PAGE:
The five interlocking Olympic rings symbolize the five inhabited continents that all of the athletes travel from to compete in the Olympic Games. Originally designed by Baron Pierre De Coubertin in 1912, the Olympic flag sporting the rings was first flown at the 1920 games at Antwerp.
Baron de Coubertin was a French historian and the founder of the International Olympic Committee. He was the primary instigator of the modern Olympic movement and the man most responsible for the revival of the Olympic Games in 1896. Coubertin's ring design symbolized the idea of people from all over the world coming together and uniting in the spirit of athletic competition. The colors of the rings are blue, yellow, black, green and red, from left to right. Including the white background, the color scheme allows every flag of the world to be represented by at least one color. The belief that the symbol originated in Ancient Greece is a misunderstanding. In 1984, a sports historian was exploring a Greek archaeological site when he noticed five linked rings etched into a weather-beaten stone. As it turned out, the etching was created in 1936 when the German filmmaker and Nazi propagandist Leni Riefenstahl was documenting the torch ceremony for the Berlin Games. At that time, someone cut the symbol into the stone to create a false relic of the ancient games.Learn More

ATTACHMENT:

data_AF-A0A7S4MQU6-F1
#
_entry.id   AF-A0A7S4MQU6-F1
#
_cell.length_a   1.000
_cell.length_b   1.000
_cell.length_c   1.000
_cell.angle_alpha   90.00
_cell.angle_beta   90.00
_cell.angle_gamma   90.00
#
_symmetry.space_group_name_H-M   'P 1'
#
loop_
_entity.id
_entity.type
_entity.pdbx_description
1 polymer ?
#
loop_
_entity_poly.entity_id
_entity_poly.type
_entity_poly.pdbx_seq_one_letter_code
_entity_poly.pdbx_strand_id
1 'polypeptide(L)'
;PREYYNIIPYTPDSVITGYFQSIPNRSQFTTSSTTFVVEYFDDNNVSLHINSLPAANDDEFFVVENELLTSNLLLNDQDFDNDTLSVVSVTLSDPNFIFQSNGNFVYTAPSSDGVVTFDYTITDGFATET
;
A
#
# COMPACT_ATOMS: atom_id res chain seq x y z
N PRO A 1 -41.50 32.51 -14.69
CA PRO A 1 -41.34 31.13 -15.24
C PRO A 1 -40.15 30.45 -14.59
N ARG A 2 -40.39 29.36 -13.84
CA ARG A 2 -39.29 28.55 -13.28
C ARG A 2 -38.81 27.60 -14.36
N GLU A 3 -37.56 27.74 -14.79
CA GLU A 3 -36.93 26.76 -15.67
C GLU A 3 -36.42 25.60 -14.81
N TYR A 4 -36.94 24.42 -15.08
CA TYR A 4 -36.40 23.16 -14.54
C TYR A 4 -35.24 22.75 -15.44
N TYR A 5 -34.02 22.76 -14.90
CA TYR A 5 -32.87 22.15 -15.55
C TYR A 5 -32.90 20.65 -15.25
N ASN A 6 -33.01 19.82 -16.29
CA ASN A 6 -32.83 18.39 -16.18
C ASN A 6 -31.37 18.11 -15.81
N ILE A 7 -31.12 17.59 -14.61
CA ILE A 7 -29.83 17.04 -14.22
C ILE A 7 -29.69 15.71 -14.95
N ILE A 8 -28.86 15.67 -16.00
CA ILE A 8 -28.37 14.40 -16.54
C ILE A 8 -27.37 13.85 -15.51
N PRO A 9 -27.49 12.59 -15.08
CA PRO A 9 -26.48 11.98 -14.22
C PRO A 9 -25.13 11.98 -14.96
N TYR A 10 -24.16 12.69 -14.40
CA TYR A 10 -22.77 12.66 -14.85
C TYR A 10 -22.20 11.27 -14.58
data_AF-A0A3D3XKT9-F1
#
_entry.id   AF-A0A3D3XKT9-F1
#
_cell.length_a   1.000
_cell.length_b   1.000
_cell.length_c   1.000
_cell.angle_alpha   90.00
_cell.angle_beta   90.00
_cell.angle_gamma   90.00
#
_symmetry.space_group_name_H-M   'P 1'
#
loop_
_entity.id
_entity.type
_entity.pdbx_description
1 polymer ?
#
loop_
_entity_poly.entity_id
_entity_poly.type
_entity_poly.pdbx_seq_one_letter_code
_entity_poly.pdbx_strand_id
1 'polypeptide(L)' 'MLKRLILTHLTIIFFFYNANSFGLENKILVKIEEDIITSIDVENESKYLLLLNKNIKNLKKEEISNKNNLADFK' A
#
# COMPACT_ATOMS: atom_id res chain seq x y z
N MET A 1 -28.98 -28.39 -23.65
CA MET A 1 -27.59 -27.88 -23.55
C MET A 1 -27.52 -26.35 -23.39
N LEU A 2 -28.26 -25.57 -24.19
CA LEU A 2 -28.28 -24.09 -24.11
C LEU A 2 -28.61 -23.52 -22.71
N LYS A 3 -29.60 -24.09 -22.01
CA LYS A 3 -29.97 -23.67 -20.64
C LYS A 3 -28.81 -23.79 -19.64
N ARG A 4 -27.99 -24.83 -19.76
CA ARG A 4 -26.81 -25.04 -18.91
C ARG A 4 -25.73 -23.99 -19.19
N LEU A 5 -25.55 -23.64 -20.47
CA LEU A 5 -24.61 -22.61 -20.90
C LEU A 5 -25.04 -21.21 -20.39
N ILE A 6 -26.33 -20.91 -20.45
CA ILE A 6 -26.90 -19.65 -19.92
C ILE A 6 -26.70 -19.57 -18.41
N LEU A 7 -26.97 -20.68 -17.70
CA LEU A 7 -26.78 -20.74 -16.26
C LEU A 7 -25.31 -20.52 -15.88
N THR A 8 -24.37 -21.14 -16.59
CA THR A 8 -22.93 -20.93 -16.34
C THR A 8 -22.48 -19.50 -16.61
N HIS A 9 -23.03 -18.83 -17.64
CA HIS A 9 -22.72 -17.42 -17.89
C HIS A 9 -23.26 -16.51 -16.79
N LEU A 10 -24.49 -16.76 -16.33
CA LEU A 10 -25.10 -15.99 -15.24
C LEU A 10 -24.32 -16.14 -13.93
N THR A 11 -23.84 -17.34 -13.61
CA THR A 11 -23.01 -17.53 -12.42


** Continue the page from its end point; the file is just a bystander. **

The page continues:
The five rings on the Olympic flag signify the five inhabited regions that participate in the Olympics. These include Asia, Australia, Europe, Africa, and North and South America as one region.Full Answer >
The five multicolored Olympic rings are linked because they symbolize the unity of athletes from all parts of the world who participate and compete against one another at the Olympic Games, according to Olympics Go for the Gold. These rings represent the union of the five continents. Moreover, they are interlinked to show that all nations are free to participate in the games.Full Answer >
The rings on the Olympic flag represent the five continents that take part in every Olympic Games. The rings are interlocking because it symbolizes unity between all the countries taking part in the Olympic Games. The colors of the rings, blue, black, red, yellow and green, and also the white background come from all of the flags of the countries that took part when the flag was designed in 1912.Full Answer >
Pierre de Coubertin, who designed the Olympic logo with five interlocking rings, suggested that the rings represent the five general areas of the world where people (and the athletes competing in the games) live. Five solid colors appear in the logo from left to right: blue, yellow, black, green, and red.Full Answer >